Head-Body Assigner launched on Internet of Turtles

We’ve just launched our newest machine learning component on the Internet of Turtles, called the assigner. This only affects the behavior on images with more than one turtle.

As IoT users know, our detector draws two bounding boxes on each turtle: one around the whole animal, and a smaller one around the head where we perform identification. On images with multiple turtles–say, two head annotations and two body annotations–the assigner determines which head goes on which body. We previously made this assignment heuristically with some if-then logic about where the annotations land on the image. The new assigner addresses this problem in a more robust way, using machine learning-optimized logic to make the assignment decision.

On our test images with multiple turtles, the assigner is 88% accurate. This means that 88% of images have assignments made perfectly. If there are errors there is usually just one, a head that remains unassigned to its body—98% of multi-turtle images have one or fewer assignment errors. These numbers are rough estimates as very few IoT images actually have multiple turtles, in part due to the previous lack of an accurate assigner. Due to this lack of training data (and testing data) we made our own, constructing thousands of plausible-yet-fake multi-turtle photos by essentially pasting turtle annotations into the background of other turtles’ images. Because this pasting logic made some very challenging examples, I expect the real accuracy to be higher than 88%. But we won’t know for sure until we have more multi-turtle data on IoT. At that point we may choose to retrain the assigner on the larger, real-er dataset, bootstrapping the mutli-turtle system.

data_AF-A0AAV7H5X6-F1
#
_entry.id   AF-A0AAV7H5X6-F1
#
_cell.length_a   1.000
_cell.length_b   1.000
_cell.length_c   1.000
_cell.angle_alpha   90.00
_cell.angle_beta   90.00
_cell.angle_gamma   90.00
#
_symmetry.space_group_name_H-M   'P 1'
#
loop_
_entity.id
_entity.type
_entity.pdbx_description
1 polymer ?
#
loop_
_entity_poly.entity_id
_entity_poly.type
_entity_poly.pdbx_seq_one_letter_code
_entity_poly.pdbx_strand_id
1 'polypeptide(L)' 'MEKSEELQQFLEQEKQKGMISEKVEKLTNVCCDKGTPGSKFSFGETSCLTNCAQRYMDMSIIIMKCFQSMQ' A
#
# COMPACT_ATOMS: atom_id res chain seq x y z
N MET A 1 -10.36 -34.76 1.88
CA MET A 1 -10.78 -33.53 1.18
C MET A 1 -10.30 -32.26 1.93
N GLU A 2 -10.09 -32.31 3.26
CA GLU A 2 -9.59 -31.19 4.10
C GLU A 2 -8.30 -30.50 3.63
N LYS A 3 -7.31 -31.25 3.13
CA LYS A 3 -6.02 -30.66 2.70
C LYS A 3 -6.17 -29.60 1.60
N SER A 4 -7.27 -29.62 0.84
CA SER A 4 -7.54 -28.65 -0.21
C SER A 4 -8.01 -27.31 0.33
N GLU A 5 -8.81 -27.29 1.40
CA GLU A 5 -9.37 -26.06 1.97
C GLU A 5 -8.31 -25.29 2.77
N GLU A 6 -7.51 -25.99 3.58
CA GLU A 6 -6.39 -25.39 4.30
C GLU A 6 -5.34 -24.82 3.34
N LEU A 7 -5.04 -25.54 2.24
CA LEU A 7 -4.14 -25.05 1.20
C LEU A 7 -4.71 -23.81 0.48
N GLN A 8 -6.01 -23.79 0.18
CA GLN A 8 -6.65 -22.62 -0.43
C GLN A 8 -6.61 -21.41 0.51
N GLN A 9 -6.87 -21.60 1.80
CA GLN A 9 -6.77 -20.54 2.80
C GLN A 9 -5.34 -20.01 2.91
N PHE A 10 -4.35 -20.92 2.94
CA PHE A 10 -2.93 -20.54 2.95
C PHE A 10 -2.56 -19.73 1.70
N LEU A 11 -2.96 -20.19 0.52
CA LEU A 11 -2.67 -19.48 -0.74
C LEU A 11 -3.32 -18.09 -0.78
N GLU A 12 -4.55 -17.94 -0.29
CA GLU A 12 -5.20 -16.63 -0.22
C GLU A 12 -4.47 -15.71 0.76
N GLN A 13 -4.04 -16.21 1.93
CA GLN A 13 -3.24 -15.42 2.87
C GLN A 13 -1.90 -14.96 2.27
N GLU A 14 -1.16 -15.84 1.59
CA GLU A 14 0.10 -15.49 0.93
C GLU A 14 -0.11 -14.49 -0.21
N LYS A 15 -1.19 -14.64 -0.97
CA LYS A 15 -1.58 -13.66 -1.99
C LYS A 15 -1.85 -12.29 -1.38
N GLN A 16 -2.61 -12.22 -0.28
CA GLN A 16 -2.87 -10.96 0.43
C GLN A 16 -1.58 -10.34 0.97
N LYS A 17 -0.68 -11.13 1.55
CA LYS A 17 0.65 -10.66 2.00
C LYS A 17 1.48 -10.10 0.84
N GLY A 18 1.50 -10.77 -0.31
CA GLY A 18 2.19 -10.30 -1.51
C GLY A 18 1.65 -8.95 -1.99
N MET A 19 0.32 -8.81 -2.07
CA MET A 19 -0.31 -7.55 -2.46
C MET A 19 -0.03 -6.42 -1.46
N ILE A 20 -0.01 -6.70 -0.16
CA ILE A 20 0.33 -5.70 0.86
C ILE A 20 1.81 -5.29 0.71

In any case assigner errors can be easily fixed by the researcher whenever they are noticed, the same way as before. A false negative assignment is when a real turtle’s head and body are not assigned as the same individual by our system. If you see this error Wildbook will create an extra encounter for one of the annotations, thinking it’s a unique individual. From your encounter, you can click through to the erroneous duplicate encounter and delete it to undo this mistake. A false positive assignment is when the head and body of two different turtles are mistakenly labeled as the same animal by Wildbook; this mistake can be undone from the annotation menu on the encounter page.

So, upload all those multi-turtle photos you’ve been keeping from us! Or just continue using IoT as always, enjoying the new assigner.

Thanks for reading,
Drew Blount
Machine Learning Engineer

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